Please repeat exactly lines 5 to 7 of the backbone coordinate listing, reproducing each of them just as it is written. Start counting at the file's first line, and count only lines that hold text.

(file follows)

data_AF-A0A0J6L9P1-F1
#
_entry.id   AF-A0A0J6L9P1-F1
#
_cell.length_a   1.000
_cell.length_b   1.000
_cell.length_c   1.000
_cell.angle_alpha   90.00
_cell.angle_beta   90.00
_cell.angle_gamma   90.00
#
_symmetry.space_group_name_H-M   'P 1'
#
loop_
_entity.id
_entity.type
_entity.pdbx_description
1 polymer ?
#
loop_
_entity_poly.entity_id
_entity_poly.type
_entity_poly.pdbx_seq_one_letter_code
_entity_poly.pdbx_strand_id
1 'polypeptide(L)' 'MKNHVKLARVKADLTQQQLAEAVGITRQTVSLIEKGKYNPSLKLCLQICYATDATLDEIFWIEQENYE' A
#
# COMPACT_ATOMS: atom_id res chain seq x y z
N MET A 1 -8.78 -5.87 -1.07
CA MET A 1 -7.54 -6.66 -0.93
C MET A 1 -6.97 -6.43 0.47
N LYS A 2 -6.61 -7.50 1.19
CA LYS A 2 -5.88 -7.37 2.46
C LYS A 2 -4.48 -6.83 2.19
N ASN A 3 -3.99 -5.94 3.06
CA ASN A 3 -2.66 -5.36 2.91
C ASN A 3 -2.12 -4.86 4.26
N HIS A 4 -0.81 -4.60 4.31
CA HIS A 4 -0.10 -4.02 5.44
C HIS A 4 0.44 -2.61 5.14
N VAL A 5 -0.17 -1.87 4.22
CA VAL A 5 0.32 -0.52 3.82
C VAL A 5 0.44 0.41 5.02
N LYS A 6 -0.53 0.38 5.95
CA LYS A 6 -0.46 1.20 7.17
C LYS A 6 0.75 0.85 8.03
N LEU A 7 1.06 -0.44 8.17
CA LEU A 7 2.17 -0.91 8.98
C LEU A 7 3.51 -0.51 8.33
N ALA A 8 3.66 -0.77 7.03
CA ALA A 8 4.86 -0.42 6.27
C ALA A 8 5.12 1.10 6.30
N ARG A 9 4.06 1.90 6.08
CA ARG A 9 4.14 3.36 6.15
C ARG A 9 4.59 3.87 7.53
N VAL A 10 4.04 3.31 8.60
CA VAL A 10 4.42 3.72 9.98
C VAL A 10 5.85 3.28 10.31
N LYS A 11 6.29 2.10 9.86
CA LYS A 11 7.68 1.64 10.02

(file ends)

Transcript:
_cell.length_a   1.000
_cell.length_b   1.000
_cell.length_c   1.000